5. The learned advocate for the appellant has strongly contended that his client has done all that could be reasonably expected of an ordinary transferee and that it must be held that he has discharged the onus which lay upon him to establish necessity. It is urged that the mortgagee has been able to trace back the debt to a time earlier than 1894 and owing to lapse of time it has now become impossible for him to produce any evidence to show what the actual necessity for the initial loan was. He has laid great stress on art observation of their Lordships of the-Privy Council in Niladri Sahu v. Chaturbhuj Das A.I.R. 1916 P.C. 112. That was a case where a shebait who had been extravagant had' borrowed money for the purpose of making some additions to a Math building and later on had renewed the debt. He shut up all avenues through which information-could be obtained, and then called upon the plaintiff to establish that there was necessity, a task which was made impossible for him. Pucka buildings situated in a part of the Math were used by the Math authorities as their own and they were functioning as they were intended to do and were being used by the worshippers who occupied and enjoyed them. The Math authorities were keeping the buildings and yet declined to pay for them. Their Lordships disagreed with the view of the Patna High Court that the procurement of a loan of money on easy terms for the purpose of paying off antecedent loans obtained on very oppressive terms can never in a case of this character be held to be a necessary proceeding unless the obtaining of the oppressive loan was at the time it was obtained a matter of necessity also. The observation was obviously made with regard to a case of the particular character which was be fore their Lordships. In that case it was actually found that although the remote cause of the Math's need was due to the profligate expenditure of the shebait the immediate cause of the borrowing was the Math's need of money to carry on and pay for its service p. 19 (of 25 A.L.J.). It was accordingly held by their Lordships that the transaction was fully justified and was binding on the Math.
6. It seems to us that that was a peculiar case of a Math and does not overrule the view which has prevailed in this Court as regards the burden of showing the existence of legal necessity in transactions entered into with Hindu widows, or at any rate, of showing a bona fide enquiry as to the existence of such necessity. In a recent Full Bench case of Chiranji Lal v. Banke Lal : AIR1933All273 , where the mortgage-deed in suit was of the year 1924 and was in lieu of amounts due under two previous mortgage-deeds of 1919 and 1916 and was itself held not to be binding on the other members, the Pull Bench considered it necessary to find out whether the earlier mortgages of 1916 and 1919 were themselves for legal necessity so as to be binding on the family. Obviously the mere fact that the mortgage in suit is a renewal of a previous mortgage or mortgages would not be sufficient to discharge the burden unless it is a case of an antecedent debt of a father. At the same time it would seem to be very hard on a transferee if he is called upon to pursue the inquiry and go back to a long period when evidence as to the existence of the necessity would have perished. If there were some recital in the deed, then on the recital coupled with the fact of the long lapse of time and other circumstances the Court may presume that necessity had existed. In view of the observations made by their Lordships of the Privy Council we would like to guard ourselves from being understood to hold that it is absolutely incumbent on a transferee to trace back the debts to their very origin in a remote period. Recitals or bona fide inquiries might well take the place of an actual proof of necessity.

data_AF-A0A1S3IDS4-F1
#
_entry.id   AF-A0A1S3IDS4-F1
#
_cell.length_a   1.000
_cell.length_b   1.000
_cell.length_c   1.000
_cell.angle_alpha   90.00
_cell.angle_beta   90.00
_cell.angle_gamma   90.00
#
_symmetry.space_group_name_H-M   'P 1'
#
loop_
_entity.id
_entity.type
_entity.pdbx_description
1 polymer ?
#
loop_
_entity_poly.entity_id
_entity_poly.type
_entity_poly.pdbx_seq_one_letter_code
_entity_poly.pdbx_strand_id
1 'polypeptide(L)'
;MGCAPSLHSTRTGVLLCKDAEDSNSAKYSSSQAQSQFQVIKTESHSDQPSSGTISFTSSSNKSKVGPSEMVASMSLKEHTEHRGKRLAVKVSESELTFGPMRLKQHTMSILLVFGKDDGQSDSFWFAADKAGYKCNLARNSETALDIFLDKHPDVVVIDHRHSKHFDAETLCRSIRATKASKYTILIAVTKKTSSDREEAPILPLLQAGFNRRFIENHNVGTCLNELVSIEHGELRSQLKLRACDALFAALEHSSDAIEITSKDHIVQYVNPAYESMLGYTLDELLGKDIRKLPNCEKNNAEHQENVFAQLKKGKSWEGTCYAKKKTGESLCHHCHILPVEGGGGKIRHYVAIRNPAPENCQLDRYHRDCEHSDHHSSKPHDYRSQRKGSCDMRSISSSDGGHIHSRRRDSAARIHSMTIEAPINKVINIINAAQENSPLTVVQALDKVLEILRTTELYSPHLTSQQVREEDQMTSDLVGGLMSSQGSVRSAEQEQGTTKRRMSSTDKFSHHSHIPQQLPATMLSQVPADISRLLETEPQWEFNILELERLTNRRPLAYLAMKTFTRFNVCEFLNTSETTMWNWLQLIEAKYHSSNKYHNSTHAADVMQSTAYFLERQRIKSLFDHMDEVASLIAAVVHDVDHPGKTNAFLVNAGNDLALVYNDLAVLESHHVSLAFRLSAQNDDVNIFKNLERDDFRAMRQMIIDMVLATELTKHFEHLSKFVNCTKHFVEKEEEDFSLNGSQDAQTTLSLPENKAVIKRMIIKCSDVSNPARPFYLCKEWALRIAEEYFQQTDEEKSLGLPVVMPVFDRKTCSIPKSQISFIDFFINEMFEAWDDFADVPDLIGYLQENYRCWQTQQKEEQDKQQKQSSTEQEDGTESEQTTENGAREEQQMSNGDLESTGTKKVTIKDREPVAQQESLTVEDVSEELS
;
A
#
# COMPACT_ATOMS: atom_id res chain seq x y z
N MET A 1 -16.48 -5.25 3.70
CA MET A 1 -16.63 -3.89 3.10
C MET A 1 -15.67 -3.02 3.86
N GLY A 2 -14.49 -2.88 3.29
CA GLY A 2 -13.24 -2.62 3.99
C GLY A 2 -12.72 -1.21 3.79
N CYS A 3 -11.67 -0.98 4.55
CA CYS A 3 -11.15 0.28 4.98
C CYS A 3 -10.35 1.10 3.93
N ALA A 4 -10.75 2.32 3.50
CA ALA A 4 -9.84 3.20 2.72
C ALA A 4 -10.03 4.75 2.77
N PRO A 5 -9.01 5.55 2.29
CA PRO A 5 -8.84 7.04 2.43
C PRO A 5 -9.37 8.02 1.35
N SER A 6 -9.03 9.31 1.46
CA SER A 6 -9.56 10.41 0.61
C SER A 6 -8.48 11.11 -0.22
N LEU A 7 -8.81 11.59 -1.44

7. In the present case however the document of 1894 which is the earliest one mentioned, it not being known whether the three previous creditors held parole debts or debts due on bonds, is on the record. It does not recite that the previous debts were due from the husband of Mt. Ram Kali. Her husband had died shortly before 1894 and if the money had been due from him one would expect it to have been recited in the document. There is no proof that the income from the estate in the possession of Mt. Ram Kali at that time was not sufficient for her maintenance. It is also clear that the case of a Hindu widow is slightly different because she has a life interest for the time being which she can freely mortgage. When therefore she made a mortgage of property in her possession in lieu of the debt professedly due from her one might expect that she was merely mortgaging her own life interest and therefore without any prejudice to the ultimate reversioners. Having regard to all the circumstances we are of opinion that with the exception of the sum of Rs. 200 which was required for the reconstruction of the house it has not been established that the other sums except one were required for legal necessity.
8. A sum of Rs. 100 was also required by her for her personal expenses and the costs of registration. As we are upholding the document in part it would only be fair to allow to the transferee a proportionate amount of this item as well. We accordingly hold that the mortgage dated 17th June 1915 executed by Mt. Ram Kali in favour of Ram Nayak Singh is binding on the daughters to the extent of Rs. 212-8-0 without any interest. If the mortgagee agrees, either of the two daughters can redeem their half share on payment of half the mortgage debt so found due. If he is not prepared to submit to partial redemption one of the daughters can redeem the whole on payment of the whole debt Rs. 212-8-0 with of course a right for contribution against the other in a separate suit.
9. We think that the parties should bear their own costs of this appeal. As there is a deficiency in the amount of the costs of printing and translation the decree shall not be prepared until the amount has been made good by the appellant.